Big Shot team makes last preparations for nighttime photo of Sustainability Institute Hall and quad
Sep 05, 2014
by Rich Kiley
RIT Big Shot No. 30
Golisano Institute for Sustainability, Center for Integrated Manufacturing Studies and the surrounding quad.
Arrive at 8:30 p.m.; photograph takes place at about 9 p.m.
RIT’s School of Photographic Arts and Sciences, along with hundreds of participants. Participants must wear black or dark clothing and bring a flashlight, camera flash or handheld strobe. Use of laser pointers is prohibited.
GENERAL PUBLIC PARKING:
Parking lots F, J or T.
Parking lot T (adjacent to GIS).
Organizers of RIT’s 30th Big Shot are putting the finishing touches on preparations to position their lenses at the Golisano Institute for Sustainability and surrounding quad for the 30th nighttime photo.
Hundreds of volunteers dressed in dark clothing with flashlights or camera flashes will be needed to participate at the Golisano Institute for Sustainability (GIS), Louise M. Slaughter Hall—also known as the Center for Integrated Manufacturing Studies or CIMS—and the surrounding quad on Saturday, Sept. 6.
They will be joined by RIT students, faculty, staff and alumni as the photo is taken—regardless of weather conditions—around 9 p.m. Volunteers are asked to arrive by 8:30 p.m. and will be positioned into three lighting teams.
Like all of the Big Shots over the years, Saturday night’s photo will present distinct challenges for the team, according to Michael Peres.
“This will be our first computational image using two cameras with matched lenses on a single tripod to create a panoramic effect,” said Peres, associate chair of the School of Photographic Arts and Sciences (SPAS) and one of the Big Shot organizers. He is working closely on the project with fellow SPAS colleagues Willie Osterman, Christye Sisson and Mike Dear in the College of Imaging Arts and Sciences.
Computational photography refers to image capture involving processing and manipulation techniques that enhance or extend the capabilities of digital photography, such as panoramas.
“This picture will be complex given all the windows at GIS and CIMS and the walkways around the quad,” Peres said. “Whether it’s here on campus or anywhere else we have been nationally and internationally, we’re solving complicated problems and having fun at the same time.”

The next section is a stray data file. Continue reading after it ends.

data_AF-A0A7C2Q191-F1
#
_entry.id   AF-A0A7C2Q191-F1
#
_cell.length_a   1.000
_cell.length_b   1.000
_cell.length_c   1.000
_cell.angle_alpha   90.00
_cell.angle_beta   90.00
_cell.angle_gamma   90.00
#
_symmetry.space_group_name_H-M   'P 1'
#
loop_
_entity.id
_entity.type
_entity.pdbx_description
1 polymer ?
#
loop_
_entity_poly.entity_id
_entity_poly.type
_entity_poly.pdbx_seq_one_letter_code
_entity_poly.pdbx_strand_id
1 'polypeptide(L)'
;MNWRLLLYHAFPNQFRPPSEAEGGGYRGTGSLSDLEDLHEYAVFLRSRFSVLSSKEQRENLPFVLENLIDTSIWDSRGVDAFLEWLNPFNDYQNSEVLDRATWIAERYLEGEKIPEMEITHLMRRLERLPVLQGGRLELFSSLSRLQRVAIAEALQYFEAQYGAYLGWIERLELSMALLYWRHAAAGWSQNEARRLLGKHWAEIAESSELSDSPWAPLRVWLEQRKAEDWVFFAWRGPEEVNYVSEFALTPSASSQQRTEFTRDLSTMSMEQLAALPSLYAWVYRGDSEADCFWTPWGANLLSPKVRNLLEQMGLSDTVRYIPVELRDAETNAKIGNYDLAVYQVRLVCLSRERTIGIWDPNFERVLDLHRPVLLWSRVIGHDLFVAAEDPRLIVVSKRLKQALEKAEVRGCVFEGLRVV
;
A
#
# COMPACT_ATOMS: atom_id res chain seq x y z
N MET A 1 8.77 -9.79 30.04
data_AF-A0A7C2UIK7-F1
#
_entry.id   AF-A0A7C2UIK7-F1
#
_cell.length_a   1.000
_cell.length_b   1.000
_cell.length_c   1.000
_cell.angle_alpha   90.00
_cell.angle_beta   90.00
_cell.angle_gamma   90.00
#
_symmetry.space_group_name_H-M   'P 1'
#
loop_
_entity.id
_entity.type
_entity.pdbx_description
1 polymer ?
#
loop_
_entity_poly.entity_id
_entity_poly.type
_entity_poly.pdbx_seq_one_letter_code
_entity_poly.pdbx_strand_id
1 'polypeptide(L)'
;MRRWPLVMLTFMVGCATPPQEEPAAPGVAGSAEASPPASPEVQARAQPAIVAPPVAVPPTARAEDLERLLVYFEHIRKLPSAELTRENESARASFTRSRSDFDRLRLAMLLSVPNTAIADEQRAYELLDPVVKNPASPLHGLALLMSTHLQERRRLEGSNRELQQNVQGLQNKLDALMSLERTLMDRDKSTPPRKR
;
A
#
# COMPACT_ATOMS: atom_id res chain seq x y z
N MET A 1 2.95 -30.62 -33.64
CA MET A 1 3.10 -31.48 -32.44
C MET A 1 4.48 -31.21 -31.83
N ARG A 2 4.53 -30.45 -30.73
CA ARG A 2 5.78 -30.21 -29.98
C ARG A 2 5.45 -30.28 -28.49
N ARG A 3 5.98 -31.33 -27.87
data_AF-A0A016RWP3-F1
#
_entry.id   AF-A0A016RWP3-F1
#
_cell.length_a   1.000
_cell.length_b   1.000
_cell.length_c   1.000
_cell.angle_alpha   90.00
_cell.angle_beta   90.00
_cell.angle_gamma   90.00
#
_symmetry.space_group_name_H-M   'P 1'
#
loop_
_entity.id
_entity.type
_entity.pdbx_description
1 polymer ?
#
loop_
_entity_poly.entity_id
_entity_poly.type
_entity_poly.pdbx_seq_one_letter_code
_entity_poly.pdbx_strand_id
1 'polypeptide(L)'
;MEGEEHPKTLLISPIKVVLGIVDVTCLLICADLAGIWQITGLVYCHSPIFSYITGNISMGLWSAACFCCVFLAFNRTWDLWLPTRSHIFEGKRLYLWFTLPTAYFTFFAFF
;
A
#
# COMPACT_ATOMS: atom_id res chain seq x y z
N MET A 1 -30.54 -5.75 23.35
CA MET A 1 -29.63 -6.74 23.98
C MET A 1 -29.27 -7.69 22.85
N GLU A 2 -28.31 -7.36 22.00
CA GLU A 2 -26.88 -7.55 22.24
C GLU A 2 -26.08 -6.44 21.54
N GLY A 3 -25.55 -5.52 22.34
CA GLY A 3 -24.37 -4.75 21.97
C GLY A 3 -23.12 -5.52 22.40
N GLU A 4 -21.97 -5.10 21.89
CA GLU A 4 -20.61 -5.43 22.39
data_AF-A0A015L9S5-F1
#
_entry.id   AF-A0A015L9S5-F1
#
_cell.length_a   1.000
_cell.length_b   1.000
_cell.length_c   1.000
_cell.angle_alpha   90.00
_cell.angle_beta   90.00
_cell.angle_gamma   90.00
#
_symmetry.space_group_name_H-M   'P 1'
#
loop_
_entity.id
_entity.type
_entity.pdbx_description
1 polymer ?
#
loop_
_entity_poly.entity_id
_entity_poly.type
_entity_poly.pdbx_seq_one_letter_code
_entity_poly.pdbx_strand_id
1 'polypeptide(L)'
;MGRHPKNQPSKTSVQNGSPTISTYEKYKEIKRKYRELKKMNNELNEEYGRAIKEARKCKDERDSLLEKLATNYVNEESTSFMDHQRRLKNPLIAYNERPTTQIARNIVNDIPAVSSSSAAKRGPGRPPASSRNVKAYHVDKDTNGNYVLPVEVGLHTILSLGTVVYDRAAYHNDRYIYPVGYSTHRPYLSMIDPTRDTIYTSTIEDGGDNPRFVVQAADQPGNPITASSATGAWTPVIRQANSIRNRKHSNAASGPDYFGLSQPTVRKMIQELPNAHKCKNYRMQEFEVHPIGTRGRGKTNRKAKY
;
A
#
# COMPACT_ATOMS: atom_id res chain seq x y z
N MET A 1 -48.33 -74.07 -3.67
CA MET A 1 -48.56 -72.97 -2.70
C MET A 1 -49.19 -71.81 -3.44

Due to the large number of windows, Peres is planning to position lighting teams within both GIS and CIMS to help illuminate the buildings from the inside. About three-dozen SPAS students and alumni also will be spotted on the GIS building’s “green roof” to accentuate its unique rooftop garden.
He also expressed gratitude to faculty and staff members at both GIS and CIMS who have volunteered to participate on what is typically a day off by lighting offices and specialized labs that would be off limits due to proprietary research.
Nikon Professional Services is once again supporting the project, loaning high-end photographic equipment and sponsoring memento prints for all who attend. The Big Shot photograph will be produced using two Nikon D810 bodies. Profoto also will provide specialized lighting equipment, including powerful battery-operated electronic flash systems.
Started in 1987, this Big Shot marks the sixth time that the nighttime photo has taken place on RIT’s campus, but the first one in a decade. A scene with the Sentinel sculpture and Administrative Circle was captured in September 2004.
The Big Shot relies on hundreds of volunteers to provide the primary light source for the image while RIT photographers shoot an extended exposure. Typical exposures last 30 seconds and four attempts will be made to illuminate the scene. It’s a signature event for RIT and is led by the School of Photographic Arts and Sciences, which is nationally recognized for its degree programs.
The Big Shot often is described as “painting with light” because participants are asked to “paint” or shine their light source onto a particular area of the landmark while the photograph is taken. The light sources are primarily either handheld flashlights or camera flash units.
The Big Shot project has traveled to several national landmarks and twice crossed the Atlantic Ocean. Through their viewfinders, Big Shot photographers have captured such landmarks as AT&T Stadium (formerly Cowboys Stadium) in Arlington, Texas; The Alamo, San Antonio, Texas; the U.S.S. Intrepid, New York City; Pile Gate, Dubrovnik, Croatia; the Royal Palace, Stockholm, Sweden; and the Smithsonian National Museum of the American Indian, Washington, D.C.
The weather forecast Saturday is calling for rain earlier in the day, with clearing and cooler temperatures in the upper 60s. The Big Shot team plans to use a canopy to protect against the elements, if necessary.
The Big Shot team is working closely with RIT’s New Student Orientation Office to make the event part of the official welcome for the university’s new freshmen. RIT Facilities Management, Office of Alumni Relations and Public Safety also will have significant roles.
There will be a private alumni reception, sponsored by Nikon and Profoto, beginning at 6:30 p.m. inside the GIS building’s atrium. The reception will feature a BBQ-style menu. The cost to attend the reception is $10 per person. Registration is necessary. Space is available, but limited. Go to http://rit.imodules.com/s/1624/index.aspx?&gid=1&pgid=1210&crid=0http:// or call the Office of Alumni Relations at 866-748-2586.
Like the Big Shots that preceded this one, it will be a community art project.
“Who knew when we began this project to educate our photography students about electronic flash photography 27 years ago that it would become such an embraced RIT tradition,” Peres said.
To learn more about the project and view photographs of past Big Shot photos, go to www.rit.edu/bigshot. RIT also has a Facebook page (“like” RIT the Big Shot) and a Twitter handle (@RITBigShot) for the event.